6. In this way, we’ll have a new URL for each time we deploy an updated version of our website. In essence, if we deploy more than once, we’ll have a number of different URLs that may be used to point people to a certain version of your application. However, our most current updates are always accessible at the same live URL.
- We’ve deployed React apps through drag and drop and Netlify CLI. Importing the project from your Git provider into our Netlify website lets us accomplish everything manually without the CLI. This does Netlify CLI-like functionality.
- Visit our Netlify team website and choose “Add new site” > “Import an existing project” as shown below.
- After that, we’ll choose your site/Git app’s provider. We choose GitHub. Authorised GitHub repositories may be searched.
- After project identification, we may deploy. If we’re testing a release, we may choose which branch to deploy on this page. This page lets us set the build command and file location (this is automatically handled by Netlify except we wish to change it). Click “Deploy Site” when done.
- A Live URL should follow successful deployment. On the settings overview page, we may change domain settings, deployment logs, etc.
The first three techniques assist with deployment, while the latter two aid with continuous deployment, deploying particular branches, managing testing, and more.
The drag-and-drop interface lets you distribute build files without pushing code to Git. Netlify CLI and Dashboard share functionality. The Netlify CLI takes all commands via a clean terminal, so you don’t have to navigate and it changes less often than a website.
Developers favour the CLI because it’s clean, simple, and doesn’t change much.
We’ll need to create redirects and rewrite rules for our URLs if we’re using a router, such as React Router. Because when we click on any navigation item to change the page (route) and refresh the browser, we receive a 404 error page.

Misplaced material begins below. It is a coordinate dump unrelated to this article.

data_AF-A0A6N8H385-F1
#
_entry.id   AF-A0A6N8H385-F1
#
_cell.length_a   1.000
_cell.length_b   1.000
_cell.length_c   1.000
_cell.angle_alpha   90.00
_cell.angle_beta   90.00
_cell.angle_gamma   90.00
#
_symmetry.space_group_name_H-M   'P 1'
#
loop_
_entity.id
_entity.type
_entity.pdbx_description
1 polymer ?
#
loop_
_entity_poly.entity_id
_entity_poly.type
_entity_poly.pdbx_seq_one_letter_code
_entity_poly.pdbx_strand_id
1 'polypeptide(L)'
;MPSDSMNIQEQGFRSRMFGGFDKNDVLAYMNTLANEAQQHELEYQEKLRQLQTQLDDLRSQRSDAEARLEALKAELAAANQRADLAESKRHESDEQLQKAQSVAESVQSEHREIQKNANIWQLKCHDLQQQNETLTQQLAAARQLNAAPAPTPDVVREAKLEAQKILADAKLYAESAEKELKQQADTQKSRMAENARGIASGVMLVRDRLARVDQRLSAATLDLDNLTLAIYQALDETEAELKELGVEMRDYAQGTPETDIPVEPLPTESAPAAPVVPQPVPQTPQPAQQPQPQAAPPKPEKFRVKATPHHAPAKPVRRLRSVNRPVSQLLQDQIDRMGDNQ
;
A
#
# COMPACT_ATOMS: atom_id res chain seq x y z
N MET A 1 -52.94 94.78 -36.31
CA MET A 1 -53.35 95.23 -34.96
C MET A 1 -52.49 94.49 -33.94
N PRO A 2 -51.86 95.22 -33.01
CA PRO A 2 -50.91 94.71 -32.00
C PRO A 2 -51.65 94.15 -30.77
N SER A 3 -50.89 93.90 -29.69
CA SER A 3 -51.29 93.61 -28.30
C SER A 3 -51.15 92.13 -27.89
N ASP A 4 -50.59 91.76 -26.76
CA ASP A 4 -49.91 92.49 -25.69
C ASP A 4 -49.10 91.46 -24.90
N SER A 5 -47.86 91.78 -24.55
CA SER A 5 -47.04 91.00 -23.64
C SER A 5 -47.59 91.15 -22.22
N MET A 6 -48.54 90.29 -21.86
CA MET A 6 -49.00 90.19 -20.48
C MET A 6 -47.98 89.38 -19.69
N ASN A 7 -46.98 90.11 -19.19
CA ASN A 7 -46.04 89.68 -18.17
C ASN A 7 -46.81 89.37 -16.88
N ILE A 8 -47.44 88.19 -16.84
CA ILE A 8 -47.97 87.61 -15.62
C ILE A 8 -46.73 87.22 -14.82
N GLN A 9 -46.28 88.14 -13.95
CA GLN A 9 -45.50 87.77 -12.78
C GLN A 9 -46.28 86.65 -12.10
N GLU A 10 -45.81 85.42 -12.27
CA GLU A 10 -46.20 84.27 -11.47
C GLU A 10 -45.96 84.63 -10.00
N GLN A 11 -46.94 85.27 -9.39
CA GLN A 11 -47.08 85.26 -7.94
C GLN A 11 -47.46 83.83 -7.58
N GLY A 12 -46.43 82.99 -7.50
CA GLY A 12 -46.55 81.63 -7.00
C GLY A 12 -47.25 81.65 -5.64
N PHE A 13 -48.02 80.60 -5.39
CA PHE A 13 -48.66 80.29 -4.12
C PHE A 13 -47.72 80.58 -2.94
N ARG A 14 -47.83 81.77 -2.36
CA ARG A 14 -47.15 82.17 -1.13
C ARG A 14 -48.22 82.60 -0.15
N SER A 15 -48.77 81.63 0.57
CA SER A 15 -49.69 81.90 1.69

As a consequence, Netlify makes setting up redirects and rewriting rules for our URLs a breeze. We’ll need to add a file named _redirects to our app’s build folder, and we’ll place it in the public folder to make it happen automatically. The file must have the following rewrite rule:
- /* /index.html 200
This rewrite rule will serve the index.html page instead of returning a 404 no matter what URL the browser queries. As a result, we must re-deploy using any of the suggested ways in order to view the most current updates on the live URL. After updating our path and reloading the app, we will no longer see the 404 error page.
Deployment involves transferring code from a source control system to a hosting platform where it may be used as an application by end users. Cloud or local servers are used for this. Before cloud platforms like Netlify, hosting providers needed a reupload of all static assets (build files created after executing npm run build) with every modification. FTP or cPanel were used to upload this, which may be difficult and complex.
In this article, we covered the different methods (drag-and-drop UI, CLI, and Dashboard) for deploying a React app to Netlify. Router 404 issues in the React app were also addressed.